By painstaking sleuthing, Van Velzen and his volunteers found that, among the 74 scholarship awardees released from prison with the benefit of added education, only three spent time back behind bars. But does this remarkably low recidivism rate merely reflect a selection effect—the high quality of capable, motivated prisoners who would seek higher education? Answering that question requires—as any psychology student would appreciate—an experiment that randomly assigns matched eligible inmates to either a scholarship or no-scholarship condition, and then follows their lives through time. Should the impact prove positive, it would validate both his program and a fledgling government effort to restart prisoner higher education.


Sometimes, observed Walt Disney, “A kick in the pants may be the best thing in the world for you.” Dirk Van Velzen kicked society. Society kicked him back. In response, he has become an example of how, in those blessed with gritty determination, adversity can ignite passion and purpose.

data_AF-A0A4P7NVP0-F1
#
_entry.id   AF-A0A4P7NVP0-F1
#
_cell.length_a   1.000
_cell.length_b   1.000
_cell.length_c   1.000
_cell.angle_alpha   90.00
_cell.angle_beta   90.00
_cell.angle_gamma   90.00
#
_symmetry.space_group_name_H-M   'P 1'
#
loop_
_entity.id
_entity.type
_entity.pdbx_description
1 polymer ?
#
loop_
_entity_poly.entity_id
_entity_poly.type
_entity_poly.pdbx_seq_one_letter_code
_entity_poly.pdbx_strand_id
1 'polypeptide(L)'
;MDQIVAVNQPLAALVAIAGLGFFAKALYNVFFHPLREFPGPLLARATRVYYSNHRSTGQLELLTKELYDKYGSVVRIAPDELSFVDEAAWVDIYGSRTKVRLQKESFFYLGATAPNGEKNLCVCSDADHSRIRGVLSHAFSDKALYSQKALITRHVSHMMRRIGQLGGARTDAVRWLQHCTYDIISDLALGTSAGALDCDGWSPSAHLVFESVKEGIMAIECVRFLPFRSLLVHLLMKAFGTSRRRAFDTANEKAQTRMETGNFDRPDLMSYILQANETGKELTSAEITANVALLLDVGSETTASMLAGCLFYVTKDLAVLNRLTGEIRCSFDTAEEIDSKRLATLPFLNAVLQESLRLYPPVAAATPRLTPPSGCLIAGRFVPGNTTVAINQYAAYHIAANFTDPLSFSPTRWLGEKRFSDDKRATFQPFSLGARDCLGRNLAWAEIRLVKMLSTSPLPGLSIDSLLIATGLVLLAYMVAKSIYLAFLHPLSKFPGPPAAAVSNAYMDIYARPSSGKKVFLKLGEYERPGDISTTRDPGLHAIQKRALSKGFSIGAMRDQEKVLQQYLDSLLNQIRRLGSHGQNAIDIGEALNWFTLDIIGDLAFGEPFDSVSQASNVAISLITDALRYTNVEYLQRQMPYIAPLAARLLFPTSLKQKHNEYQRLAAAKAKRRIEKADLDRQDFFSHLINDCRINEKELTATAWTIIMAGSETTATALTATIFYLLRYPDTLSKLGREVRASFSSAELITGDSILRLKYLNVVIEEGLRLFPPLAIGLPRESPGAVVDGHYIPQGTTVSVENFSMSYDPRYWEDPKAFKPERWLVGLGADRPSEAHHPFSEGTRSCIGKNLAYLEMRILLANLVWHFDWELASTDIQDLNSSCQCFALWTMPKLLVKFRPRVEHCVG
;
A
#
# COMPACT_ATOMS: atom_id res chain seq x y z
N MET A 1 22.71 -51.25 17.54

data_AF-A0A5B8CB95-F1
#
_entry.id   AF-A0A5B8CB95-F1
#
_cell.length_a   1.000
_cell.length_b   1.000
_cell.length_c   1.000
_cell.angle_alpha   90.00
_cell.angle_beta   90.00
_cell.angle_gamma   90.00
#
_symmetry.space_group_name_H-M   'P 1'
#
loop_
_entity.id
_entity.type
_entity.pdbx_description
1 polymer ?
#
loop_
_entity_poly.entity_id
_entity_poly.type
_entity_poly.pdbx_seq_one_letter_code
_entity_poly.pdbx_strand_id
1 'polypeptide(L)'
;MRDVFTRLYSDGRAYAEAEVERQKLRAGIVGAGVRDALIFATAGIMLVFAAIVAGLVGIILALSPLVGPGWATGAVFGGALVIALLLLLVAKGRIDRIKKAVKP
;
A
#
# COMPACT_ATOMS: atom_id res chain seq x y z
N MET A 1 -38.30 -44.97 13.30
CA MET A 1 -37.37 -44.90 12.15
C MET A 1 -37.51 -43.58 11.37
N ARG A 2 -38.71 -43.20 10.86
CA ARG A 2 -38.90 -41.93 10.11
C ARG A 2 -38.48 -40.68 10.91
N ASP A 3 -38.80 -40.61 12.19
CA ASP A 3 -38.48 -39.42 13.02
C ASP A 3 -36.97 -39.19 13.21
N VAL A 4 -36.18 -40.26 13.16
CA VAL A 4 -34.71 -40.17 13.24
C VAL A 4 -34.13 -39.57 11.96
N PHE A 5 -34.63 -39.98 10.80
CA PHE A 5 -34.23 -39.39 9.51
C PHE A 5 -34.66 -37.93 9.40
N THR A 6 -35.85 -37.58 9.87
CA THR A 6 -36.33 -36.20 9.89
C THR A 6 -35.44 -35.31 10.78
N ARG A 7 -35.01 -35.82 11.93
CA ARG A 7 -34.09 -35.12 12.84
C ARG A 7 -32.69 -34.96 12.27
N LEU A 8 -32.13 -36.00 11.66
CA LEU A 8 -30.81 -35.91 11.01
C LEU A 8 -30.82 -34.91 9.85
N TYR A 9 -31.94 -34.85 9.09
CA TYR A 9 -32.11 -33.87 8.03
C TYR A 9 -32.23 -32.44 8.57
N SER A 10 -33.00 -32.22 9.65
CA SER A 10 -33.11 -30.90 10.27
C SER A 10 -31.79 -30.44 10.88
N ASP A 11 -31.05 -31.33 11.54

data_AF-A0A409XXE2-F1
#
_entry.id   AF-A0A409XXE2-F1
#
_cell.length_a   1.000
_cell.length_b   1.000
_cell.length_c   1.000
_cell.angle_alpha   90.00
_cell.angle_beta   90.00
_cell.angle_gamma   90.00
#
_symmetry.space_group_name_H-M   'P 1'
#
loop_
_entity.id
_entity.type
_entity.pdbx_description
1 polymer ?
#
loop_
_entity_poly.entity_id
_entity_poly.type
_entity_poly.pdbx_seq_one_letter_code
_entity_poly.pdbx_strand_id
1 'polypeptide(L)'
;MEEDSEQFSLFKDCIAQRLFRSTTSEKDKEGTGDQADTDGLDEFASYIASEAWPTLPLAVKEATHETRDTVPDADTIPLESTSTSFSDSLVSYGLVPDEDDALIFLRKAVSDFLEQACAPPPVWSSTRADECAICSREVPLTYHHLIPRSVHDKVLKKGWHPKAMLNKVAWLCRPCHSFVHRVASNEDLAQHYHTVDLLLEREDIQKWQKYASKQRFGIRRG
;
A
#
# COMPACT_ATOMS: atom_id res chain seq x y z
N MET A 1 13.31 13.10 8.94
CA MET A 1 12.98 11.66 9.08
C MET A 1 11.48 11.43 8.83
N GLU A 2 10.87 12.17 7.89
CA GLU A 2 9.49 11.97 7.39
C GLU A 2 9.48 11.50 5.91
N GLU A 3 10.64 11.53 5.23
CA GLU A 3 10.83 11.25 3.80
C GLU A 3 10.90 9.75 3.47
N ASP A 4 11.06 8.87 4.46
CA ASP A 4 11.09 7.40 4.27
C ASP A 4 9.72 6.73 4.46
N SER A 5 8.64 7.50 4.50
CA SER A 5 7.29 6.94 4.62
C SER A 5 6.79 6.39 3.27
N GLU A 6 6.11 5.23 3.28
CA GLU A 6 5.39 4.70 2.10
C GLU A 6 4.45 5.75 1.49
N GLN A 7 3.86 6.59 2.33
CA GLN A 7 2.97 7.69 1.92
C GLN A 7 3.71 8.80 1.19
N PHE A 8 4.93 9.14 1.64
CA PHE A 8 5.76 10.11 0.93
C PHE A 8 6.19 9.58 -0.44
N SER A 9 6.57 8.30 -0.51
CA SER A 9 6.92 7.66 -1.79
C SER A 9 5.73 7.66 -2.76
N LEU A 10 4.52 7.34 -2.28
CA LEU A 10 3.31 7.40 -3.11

Originally posted on October 18, 2016. 


For both graduate students and instructors alike, there are many reasons to teach a research methods course. From demand for professors to the ability to harbor student skills, these pragmatic approaches to teaching an engaging course are beneficial for students and instructors.


Read more about my approach to teaching research methods on TeachPsych:

You just had another one of those conversations. You know, the one where a colleague casually drops “learning styles” into the conversation assuming that we’re all on board with this commonly known fact of learning. Did you respond with “well, actually…” or did you try to extract yourself from the situation as quickly and gracefully as possible? Or did you just glance at your phone and say, “Oh! I have to go! I’m late for a meeting.”


If you’re looking for a comprehensive treatment of the topic, then the Pashler, (2008) paper is the place to start. The authors provide a nice overview, some history on how we got to here, the kind of research evidence needed to “validate interventions based on learning styles,” and then a review of the literature itself. The punch line? “We conclude therefore, that at present, there is no adequate evidence base to justify incorporating learning styles assessments into general educational practice.”